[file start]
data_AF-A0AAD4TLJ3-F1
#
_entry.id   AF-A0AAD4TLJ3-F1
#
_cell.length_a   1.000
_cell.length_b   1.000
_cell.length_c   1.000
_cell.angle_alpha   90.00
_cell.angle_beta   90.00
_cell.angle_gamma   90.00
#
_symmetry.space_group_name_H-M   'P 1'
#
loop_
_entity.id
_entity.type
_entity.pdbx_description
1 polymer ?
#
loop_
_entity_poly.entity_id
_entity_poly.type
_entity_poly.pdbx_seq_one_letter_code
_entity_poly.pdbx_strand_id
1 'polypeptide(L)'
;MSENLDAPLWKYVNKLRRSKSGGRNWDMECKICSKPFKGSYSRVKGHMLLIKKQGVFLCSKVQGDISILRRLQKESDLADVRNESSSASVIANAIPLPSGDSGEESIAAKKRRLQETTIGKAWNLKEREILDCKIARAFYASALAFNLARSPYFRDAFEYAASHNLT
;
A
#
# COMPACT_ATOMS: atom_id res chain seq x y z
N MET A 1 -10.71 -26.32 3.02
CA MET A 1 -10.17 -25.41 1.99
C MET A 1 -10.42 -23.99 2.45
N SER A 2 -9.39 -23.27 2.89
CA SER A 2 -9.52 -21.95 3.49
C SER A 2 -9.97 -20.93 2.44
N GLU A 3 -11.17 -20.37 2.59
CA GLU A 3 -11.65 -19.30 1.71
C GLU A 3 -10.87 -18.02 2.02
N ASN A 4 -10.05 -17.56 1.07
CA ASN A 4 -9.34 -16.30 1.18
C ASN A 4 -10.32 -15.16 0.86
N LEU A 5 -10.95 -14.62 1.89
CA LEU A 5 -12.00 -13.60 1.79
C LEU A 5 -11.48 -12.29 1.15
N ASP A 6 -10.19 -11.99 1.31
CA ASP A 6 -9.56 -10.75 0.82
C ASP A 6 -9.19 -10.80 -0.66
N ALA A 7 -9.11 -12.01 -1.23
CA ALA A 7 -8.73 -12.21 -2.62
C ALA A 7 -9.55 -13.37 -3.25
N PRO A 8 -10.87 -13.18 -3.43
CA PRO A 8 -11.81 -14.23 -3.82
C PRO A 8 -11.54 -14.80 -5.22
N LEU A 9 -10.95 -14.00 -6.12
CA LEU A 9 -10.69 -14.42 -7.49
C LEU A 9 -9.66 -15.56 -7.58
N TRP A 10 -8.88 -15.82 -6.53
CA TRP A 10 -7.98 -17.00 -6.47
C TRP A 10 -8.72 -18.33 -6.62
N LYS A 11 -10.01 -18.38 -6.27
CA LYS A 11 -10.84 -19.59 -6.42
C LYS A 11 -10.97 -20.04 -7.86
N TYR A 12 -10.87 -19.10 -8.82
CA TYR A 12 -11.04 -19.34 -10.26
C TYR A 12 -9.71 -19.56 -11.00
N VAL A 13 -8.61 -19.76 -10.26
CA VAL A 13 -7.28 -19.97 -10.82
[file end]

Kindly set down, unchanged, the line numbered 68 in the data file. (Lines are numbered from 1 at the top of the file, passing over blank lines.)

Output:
CA VAL A 13 -7.28 -19.97 -10.82